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Publication numberUS4959398 A
Publication typeGrant
Application numberUS 07/310,171
Publication dateSep 25, 1990
Filing dateFeb 13, 1989
Priority dateFeb 13, 1989
Fee statusLapsed
Publication number07310171, 310171, US 4959398 A, US 4959398A, US-A-4959398, US4959398 A, US4959398A
InventorsKoichiro Oka, Ikuo Hagiwara
Original AssigneeToray Industries, Inc.
Export CitationBiBTeX, EndNote, RefMan
External Links: USPTO, USPTO Assignment, Espacenet
Powdery adhesive and process for preparation thereof
US 4959398 A
Abstract
A powdery adhesive comprised of spherical particles comprising 40 to 90 parts by weight of an epoxy resin component, 10 to 60 parts by weight of a rubber component and a latent curing agent contained inside the particles, the average particle size of the particles being from 0.1 to 500 μm. The powdery adhesive may be prepared by a process comprising a step of preparing a compatible mixture comprising an epoxy resin component, a rubber component and a common organic solvent, a step of emulsifying or suspending the compatible mixture in an aqueous medium to form spherical particles, and a step of causing a phase separation of the epoxy resin component and the rubber component in the spherical particles.
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Claims(23)
We claim:
1. A powdery adhesive comprised of spherical particles comprising 40 to 90 parts by weight of an epoxy resin component and 10 to 60 parts by weight of a rubber component, said spherical particles containing up to about 15 parts by weight of a latent curing agent for the epoxy resin component per 100 parts of the total weight of the epoxy resin component and the rubber component, wherein the average particle size of the particles is from 0.1 to 500 μm.
2. A powdery adhesive as claimed in claim 1, wherein the epoxy resin component comprises 50 to 80% by weight and the rubber component comprises 20 to 50% by weight.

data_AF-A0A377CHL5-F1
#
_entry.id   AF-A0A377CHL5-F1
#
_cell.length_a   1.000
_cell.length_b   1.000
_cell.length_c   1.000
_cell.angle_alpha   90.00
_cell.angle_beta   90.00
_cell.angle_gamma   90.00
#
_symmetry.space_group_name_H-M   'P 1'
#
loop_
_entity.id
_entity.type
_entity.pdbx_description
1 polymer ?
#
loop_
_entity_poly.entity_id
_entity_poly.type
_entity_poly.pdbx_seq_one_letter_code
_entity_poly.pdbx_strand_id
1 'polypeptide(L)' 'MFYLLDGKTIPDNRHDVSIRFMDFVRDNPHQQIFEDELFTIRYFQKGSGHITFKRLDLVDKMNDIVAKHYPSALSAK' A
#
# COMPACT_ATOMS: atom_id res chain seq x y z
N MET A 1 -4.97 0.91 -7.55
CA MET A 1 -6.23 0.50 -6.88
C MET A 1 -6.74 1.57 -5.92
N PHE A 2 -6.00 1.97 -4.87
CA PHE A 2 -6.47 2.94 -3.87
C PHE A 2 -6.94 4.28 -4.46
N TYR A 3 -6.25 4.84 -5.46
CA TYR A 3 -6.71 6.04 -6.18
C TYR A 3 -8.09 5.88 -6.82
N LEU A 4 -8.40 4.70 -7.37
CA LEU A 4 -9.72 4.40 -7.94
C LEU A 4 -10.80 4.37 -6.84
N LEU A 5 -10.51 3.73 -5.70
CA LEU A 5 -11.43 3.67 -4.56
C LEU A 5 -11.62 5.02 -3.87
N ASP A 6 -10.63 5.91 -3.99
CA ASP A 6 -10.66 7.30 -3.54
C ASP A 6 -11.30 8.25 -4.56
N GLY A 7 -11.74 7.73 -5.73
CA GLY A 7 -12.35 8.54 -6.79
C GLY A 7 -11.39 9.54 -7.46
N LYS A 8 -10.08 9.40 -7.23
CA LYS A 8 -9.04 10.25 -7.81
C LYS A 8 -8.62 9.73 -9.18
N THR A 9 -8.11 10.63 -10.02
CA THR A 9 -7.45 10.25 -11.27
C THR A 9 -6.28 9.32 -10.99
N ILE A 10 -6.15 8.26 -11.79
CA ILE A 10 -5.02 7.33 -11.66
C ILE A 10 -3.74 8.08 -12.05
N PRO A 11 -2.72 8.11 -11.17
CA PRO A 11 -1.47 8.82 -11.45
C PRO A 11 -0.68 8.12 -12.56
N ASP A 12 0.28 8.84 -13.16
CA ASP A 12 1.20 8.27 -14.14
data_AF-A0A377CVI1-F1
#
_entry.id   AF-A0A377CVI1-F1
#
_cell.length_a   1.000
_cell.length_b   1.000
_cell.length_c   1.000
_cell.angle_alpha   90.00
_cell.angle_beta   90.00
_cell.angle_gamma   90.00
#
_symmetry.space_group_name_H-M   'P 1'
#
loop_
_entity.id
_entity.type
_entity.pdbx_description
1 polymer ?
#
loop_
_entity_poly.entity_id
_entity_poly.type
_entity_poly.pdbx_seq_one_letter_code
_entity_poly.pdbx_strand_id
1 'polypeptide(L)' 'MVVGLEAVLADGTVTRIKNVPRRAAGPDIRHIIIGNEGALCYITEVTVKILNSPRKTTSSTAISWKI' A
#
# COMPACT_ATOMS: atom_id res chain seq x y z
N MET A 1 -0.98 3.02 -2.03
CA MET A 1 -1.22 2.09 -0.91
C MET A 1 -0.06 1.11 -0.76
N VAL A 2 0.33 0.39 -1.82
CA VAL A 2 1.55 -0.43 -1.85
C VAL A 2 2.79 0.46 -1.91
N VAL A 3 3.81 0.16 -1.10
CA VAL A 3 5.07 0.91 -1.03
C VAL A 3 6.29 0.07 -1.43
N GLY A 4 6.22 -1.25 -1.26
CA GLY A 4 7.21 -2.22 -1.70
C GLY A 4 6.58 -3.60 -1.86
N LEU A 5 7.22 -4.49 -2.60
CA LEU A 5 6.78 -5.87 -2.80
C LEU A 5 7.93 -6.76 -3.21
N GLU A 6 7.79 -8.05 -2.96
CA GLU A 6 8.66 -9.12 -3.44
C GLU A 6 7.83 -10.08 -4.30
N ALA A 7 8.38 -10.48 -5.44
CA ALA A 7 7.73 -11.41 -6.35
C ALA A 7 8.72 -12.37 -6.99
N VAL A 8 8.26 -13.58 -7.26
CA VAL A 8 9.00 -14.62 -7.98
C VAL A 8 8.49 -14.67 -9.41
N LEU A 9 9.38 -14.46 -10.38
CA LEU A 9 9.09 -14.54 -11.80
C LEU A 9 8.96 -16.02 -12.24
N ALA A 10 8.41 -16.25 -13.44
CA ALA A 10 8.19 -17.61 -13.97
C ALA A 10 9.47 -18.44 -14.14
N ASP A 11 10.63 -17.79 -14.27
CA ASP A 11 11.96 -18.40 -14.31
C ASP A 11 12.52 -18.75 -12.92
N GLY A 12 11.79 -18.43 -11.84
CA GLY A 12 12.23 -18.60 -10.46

3. A powdery adhesive as claimed in claim 1, wherein the epoxy resin has at least 2 epoxy groups in the molecule.
4. A powdery adhesive as claimed in claim 1, wherein the rubber component is soluble in an organic solvent.
5. A powdery adhesive as claimed in claim 1, wherein the rubber component has a epoxy or glycidyl group.
6. A powdery adhesive as claimed in claim 1, wherein the latent curing agent is selected from bisphenols and condensates thereof.
7. A powdery adhesive as claimed in claim 1, wherein the amount of the latent curing agent is 0.05 to 1 equivalent per equivalent of the epoxy groups of the epoxy resin.
8. A powdery adhesive as claimed in claim 1, wherein the epoxy resin component and the rubber component are present in a phase-separated structure.
9. A powdery adhesive as claimed in claim 1, wherein the epoxy resin is partially cured.
10. A powdery adhesive as claimed in claim 1, wherein the particle size is 0.5 to 200 μm and the variation of the particle size is within 30%.
11. A process for the preparation of a powdery adhesive, which comprises a step of preparing a compatible mixture comprising an epoxy resin component, a rubber component and a common organic solvent for said epoxy resin and rubber components, wherein said epoxy resin component 40 to 90 parts by weight and said rubber components comprises 10 to 60 parts by weight, said mixture contains up to about 15 parts by weight of a latent curing agent for the epoxy resin component per 100 parts of the total weight of the epoxy resin component and the rubber component; a step of emulsifying or suspending the compatible mixture in an aqueous medium, whereby spherical particles composed of said mixture being formed; a step of removing the organic solvent from the mixture, whereby causing a phase separation of the epoxy resin component and the rubber component in the spherical particles; and a step of collecting said spherical particles.
12. A process according to claim 11, wherein the organic solvent has a boiling point lower than 100 C. and is water-insoluble.
13. A process according to claim 12, wherein the organic solvent is selected from chloroform, methylene chloride, carbon tetrachloride, ethyl ether, ethyl acetate and benzene.
14. A process according to claim 11, wherein the compatible mixture is emulsified or suspended by using a surface active agent.
15. A process according to claim 14, wherein the aqueous medium is gradually added to the compatible mixture while strongly stirred, or the compatible mixture is gradually added to the aqueous medium while strongly stirred.
16. A process according to claim 15, wherein a water-in-oil type emulsion is first formed and then converted to an oil-in-water type emulsion.